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Homeschool Physical Education

This homeschool physical education article provides information concerning standards, opportunities, and supplies you will need for homeschool physical education. It also discusses homeschool physical education in the context of family life.

Whether it was having balls thrown at you in dodge ball or facing the impossibility of doing the required number of pull-ups, many adults have some unpleasant school gym memories. Homeschool Physical Education, while addressing the same standards, has the possibility to be something completely different.

Still, homeschoolers are likely to have questions about how to teach, particularly if they’re not athletic types, themselves or they’re teaching only one child, which makes having teams a bit difficult. This article will help you on your way to providing a sound physical education in your homeschool.

First Steps

The first thing you should do if you’re teaching homeschool is check your particular state’s curriculum for homeschools to see what requirements there might be. If you have not yet consulted your state’s homeschool documetns, you can find the education department site for your state listed on the United States Department of Education website here:

The National Standards and Homeschool Physical Education

Another thing you should do early on is have a look at the national standards. Just as someone who doesn’t have specialized training in math or science would be well-advised to consult the experts to see what should be included in teaching those subjects, physical education is more than just running around and playing on the swing set. Standards are provided by the National Association for Sport & Physical Education (NASPE) and can be found on their website at:

In these standards, the six identifying attributes of a person who is physically educated are laid out as follows:

  • Standard 1: A physically educated person has experience with motor skills and the patterns of movement used in various physical activities, including, but not limited to, sports, games, and athletics.
  • Standard 2: A physically educated person understands the concepts, principles, tactics, and strategies that for the theoretical underpinnings of physical activities, so that they understand how and when to use their motor skills and movement patterns.
  • Standard 3: A physically educated person participates in physical activities regularly.
  • Standard 4: A physically educated person maintains a personally appropriate level of physical fitness.
  • Standard 5: A physically educated person exhibits and maintains behavior that is both responsible and respectful when engaging in physical activities.
  • Standard 6: A physically educated person values physical activity for the benefits it bestows in the realms of enjoyment and socialization, as well as health.

Homeschool Physical Education Opportunities

In order to carry out physical education, homeschoolers have a choice of carrying out a program on their own, or combining their efforts with those of local teams or expert trainers. There may be opportunities to take classes at a local school or participate in a school team. Local park and recreation department teams and activities are another place to check. Health and wellness clubs often offer a variety of options for people of all ages and interests. And private teaching is available in a wide range of physical education pursuits, including some not often taught in schools, like horseback riding, golf, fencing, and ballet.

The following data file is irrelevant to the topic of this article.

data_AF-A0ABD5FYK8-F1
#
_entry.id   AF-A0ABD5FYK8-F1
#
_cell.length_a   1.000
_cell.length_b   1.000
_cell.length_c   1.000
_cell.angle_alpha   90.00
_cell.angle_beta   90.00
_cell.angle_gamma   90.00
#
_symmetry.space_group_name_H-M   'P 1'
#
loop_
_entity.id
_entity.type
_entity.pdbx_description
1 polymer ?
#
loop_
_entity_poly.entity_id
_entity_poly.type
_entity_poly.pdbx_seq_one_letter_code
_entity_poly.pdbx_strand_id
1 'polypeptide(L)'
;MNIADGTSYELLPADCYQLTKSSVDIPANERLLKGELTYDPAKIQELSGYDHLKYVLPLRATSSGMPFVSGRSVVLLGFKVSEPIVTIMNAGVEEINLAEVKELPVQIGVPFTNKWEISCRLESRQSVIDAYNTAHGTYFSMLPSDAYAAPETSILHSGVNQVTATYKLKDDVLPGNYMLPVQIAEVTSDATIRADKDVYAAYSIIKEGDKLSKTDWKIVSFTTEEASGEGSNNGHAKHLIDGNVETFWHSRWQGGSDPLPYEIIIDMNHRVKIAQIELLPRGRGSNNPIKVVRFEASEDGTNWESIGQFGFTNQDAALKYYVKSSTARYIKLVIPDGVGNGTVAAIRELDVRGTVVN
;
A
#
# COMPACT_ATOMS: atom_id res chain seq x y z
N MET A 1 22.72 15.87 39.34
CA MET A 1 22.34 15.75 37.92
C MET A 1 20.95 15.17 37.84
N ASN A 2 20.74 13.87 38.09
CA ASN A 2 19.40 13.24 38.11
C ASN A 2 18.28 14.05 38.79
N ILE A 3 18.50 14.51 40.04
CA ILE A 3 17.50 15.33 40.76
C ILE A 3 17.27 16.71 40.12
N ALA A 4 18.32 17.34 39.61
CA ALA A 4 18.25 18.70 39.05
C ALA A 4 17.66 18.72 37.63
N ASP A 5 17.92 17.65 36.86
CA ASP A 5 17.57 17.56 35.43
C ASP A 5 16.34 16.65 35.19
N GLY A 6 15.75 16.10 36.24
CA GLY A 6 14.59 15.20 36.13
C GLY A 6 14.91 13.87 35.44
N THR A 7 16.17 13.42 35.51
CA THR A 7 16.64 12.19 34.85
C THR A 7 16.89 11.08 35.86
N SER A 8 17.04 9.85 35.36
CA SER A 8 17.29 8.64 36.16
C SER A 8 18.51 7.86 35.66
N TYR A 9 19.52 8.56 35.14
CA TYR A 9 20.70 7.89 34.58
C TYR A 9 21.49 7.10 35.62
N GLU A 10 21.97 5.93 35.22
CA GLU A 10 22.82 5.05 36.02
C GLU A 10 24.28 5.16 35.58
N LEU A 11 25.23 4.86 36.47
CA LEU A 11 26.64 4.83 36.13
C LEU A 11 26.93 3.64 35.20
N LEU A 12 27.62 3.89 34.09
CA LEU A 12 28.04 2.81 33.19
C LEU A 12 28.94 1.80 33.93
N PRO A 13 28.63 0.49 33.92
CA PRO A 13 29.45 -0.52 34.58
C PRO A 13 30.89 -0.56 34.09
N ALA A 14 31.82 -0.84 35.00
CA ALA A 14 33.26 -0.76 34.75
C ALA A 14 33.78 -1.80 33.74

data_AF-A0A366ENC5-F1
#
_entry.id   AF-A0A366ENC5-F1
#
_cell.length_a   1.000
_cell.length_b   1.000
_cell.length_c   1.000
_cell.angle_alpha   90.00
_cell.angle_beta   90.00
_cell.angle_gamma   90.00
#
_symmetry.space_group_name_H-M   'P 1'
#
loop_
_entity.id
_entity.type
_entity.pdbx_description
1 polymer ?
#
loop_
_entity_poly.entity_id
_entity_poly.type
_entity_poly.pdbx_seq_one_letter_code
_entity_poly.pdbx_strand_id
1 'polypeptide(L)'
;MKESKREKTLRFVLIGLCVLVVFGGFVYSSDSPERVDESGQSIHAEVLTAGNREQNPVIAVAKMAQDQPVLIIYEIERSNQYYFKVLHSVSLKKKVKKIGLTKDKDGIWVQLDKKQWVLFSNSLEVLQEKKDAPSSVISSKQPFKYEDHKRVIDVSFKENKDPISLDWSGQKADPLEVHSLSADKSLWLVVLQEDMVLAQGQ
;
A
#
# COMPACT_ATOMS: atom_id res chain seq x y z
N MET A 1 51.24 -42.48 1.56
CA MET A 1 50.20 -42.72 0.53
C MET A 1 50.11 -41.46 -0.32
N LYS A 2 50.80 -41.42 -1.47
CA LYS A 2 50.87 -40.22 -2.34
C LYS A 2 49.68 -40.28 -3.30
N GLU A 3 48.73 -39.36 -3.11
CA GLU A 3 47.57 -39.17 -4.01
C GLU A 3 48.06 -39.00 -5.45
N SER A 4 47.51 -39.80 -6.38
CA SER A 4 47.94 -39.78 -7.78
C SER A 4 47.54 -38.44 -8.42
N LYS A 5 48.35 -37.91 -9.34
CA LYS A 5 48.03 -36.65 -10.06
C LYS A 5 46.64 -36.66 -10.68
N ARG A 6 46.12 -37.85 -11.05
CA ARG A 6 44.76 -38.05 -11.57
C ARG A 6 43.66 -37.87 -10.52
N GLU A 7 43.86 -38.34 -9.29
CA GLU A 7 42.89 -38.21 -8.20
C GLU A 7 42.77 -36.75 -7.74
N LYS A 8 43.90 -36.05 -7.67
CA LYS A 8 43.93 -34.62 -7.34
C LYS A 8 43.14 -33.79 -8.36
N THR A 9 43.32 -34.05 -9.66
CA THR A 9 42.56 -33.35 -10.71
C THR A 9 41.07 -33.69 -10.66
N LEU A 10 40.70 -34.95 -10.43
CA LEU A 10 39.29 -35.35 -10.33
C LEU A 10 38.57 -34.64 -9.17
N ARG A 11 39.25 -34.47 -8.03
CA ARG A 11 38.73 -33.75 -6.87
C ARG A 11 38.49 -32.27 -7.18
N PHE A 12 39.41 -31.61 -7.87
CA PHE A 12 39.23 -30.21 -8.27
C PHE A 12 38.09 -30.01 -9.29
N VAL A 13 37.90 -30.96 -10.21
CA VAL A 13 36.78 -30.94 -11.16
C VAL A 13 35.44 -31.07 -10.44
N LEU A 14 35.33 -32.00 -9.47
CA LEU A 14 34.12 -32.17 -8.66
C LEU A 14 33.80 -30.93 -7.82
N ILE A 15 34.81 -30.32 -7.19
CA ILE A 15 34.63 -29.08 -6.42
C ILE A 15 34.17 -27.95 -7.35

Even if your child participates in a sport every season, you still may wish to get a book and bone up on outdoor games of a more casual nature. Picnics, camping trips, and afternoons in the neighborhood may all benefit from somebody knowing the rules for H-O-R-S-E or Capture the Flag or Four Square. Yard games, such as Bocce, Croquet, Volleyball, and Badminton, can be occasional pastimes or frequent indulgences. A backyard or community pool or basketball hoop can as well.

Homeschool Physical Education Supplies

It’s useful to keep some physical education equipment around the house, both for planned activities and for casual, spur-of-the-moment use. Typically useful items include a Whiffle™ ball, a Frisbee™, a medium-sized rubber ball, a football, a basketball, and a softball, glove, and bat. You may wish to get a soft and/or small version of some of these items, depending on your child’s age and skill level. Other fun items include a small trampoline, stilts, tricycles and bicycles, a pogo stick, and an exercise ball.

Homeschool Physical Education Curriculum Connections

Depending on your child’s interests, you may find it useful to tie physical education to other areas of studies. For some children, lacrosse as a Native American sport or quidditch (which is actually played in some locales, with a yearly tournament, for example, at Middlebury College in Vermont) as revealing of insights into the Harry Potter books, may put the sport in a different light.

Homeschool Physical Education in the Family Context

Since homeschool takes place in a family setting, family activities and outings can form the basis of the physical education time. Rather than physical education being among one’s peers, it can be with the members of one’s household, either at home or away. Activities in which children participate but can have adults pick up the slack - like riding a bicycle built for two or paddling a canoe - can incorporate physical education into a world of adventure, rather than associating it in the child’s mind with a smelly locker room.